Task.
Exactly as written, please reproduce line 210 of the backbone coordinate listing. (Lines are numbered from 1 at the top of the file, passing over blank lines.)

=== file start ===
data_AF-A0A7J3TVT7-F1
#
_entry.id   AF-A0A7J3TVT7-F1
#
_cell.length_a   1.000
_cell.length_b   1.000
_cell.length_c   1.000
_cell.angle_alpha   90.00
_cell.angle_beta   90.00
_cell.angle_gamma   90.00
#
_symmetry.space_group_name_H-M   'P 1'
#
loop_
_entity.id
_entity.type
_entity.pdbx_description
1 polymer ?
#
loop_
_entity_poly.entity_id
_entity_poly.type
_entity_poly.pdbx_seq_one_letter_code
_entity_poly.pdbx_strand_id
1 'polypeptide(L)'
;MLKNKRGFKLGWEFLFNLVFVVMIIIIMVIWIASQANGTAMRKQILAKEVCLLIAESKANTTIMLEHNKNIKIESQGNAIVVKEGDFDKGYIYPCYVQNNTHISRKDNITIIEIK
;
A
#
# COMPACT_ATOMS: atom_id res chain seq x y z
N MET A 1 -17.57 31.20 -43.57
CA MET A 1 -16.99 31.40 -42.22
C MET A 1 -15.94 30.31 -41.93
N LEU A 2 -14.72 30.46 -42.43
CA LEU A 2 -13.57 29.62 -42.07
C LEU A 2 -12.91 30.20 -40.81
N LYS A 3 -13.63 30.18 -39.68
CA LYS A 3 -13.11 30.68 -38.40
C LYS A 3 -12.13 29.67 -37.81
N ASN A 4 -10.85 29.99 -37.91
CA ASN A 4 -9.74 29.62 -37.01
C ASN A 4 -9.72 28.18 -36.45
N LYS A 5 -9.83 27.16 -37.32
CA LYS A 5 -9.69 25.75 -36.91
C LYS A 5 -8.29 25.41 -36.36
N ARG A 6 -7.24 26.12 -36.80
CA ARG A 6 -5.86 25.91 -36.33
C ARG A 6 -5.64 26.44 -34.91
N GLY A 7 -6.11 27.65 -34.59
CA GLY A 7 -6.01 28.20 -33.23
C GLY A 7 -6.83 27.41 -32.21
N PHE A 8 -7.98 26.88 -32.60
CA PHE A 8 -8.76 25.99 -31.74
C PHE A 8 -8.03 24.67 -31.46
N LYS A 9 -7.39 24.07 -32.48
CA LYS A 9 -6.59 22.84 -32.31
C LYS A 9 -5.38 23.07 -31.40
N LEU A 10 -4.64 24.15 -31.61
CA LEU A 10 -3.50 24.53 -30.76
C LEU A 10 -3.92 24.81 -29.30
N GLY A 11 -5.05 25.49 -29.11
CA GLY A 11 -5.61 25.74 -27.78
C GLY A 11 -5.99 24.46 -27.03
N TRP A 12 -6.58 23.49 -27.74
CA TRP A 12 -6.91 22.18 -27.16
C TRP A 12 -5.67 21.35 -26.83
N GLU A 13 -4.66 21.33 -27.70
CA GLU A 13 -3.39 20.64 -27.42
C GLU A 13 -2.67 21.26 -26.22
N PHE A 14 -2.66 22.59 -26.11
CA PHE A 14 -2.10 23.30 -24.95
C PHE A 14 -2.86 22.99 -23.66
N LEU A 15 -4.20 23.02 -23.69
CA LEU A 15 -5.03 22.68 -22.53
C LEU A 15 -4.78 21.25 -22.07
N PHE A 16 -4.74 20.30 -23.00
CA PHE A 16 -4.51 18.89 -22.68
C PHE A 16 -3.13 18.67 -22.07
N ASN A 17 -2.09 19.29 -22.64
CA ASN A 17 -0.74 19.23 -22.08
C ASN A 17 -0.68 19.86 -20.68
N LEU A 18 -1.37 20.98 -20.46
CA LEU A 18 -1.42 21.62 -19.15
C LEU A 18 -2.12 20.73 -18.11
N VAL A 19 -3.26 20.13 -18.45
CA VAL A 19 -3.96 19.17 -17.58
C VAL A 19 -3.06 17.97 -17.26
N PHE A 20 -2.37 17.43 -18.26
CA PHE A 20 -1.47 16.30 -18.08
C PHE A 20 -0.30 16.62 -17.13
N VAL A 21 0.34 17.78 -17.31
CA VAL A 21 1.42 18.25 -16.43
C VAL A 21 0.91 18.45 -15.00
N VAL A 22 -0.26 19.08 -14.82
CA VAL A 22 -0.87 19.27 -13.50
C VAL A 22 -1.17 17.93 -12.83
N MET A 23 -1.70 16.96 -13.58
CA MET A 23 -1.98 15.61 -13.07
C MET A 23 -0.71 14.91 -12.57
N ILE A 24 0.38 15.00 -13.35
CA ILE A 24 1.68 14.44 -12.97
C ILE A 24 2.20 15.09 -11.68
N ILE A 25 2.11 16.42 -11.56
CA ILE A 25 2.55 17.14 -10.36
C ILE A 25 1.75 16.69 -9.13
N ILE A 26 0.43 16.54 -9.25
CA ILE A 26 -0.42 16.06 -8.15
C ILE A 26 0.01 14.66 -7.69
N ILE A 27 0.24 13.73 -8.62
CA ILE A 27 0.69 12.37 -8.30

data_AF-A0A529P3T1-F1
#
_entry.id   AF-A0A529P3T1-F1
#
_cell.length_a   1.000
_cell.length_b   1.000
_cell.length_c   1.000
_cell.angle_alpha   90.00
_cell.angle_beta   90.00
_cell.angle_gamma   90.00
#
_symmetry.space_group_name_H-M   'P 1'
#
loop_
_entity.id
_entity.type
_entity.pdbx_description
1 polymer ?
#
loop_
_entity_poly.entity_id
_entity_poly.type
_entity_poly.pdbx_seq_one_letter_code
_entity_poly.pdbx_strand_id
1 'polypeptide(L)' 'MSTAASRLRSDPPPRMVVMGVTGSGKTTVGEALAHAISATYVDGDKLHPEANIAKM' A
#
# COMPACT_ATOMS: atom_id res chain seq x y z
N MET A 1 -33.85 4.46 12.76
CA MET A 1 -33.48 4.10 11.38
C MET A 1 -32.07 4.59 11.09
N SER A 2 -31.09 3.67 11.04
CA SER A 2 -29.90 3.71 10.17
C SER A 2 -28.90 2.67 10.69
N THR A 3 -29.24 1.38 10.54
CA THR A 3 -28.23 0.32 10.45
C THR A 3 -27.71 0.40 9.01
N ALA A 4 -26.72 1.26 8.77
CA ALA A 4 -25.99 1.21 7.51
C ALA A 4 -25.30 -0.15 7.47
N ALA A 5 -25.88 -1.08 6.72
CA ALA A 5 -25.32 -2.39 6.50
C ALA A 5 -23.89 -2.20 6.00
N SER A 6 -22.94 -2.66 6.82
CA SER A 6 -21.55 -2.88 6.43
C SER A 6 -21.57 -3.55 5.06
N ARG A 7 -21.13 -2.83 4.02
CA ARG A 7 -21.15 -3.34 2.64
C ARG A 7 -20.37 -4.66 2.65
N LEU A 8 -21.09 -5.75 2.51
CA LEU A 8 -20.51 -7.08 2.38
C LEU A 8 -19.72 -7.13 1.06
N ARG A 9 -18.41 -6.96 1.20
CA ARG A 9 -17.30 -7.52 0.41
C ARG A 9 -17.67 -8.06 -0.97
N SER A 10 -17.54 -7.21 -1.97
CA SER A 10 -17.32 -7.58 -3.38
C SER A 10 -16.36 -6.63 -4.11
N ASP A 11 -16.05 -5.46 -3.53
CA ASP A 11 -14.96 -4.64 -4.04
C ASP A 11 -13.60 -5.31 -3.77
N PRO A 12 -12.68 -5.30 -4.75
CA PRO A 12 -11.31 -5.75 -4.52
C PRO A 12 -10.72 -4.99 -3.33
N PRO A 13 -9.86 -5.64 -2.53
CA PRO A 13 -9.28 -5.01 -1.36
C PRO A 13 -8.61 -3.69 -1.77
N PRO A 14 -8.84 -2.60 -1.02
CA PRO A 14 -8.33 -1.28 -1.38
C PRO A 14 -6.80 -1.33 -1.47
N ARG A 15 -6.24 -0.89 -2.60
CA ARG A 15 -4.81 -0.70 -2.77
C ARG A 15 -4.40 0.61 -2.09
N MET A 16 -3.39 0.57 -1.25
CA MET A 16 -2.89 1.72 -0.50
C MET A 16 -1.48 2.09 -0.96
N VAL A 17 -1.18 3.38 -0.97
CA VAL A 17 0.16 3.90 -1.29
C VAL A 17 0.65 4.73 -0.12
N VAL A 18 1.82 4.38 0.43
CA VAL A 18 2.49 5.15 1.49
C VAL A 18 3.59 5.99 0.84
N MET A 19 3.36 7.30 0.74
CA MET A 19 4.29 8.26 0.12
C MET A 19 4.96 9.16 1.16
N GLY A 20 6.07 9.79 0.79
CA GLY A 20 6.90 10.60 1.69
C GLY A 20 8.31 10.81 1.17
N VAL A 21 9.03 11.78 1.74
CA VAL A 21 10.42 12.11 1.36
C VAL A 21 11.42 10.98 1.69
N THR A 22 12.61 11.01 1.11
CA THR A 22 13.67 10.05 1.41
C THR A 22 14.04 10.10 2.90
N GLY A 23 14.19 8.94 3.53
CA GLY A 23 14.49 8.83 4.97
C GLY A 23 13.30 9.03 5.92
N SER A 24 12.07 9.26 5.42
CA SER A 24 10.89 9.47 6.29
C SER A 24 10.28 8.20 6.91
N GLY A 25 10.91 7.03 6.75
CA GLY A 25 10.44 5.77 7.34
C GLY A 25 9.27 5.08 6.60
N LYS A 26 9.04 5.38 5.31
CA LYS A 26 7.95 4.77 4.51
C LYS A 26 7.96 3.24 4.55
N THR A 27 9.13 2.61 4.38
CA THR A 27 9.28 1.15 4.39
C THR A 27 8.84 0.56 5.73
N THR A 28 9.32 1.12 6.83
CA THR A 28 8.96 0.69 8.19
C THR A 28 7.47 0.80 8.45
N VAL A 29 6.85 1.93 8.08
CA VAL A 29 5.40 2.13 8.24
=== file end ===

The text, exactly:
N GLY A 25 10.91 7.03 6.75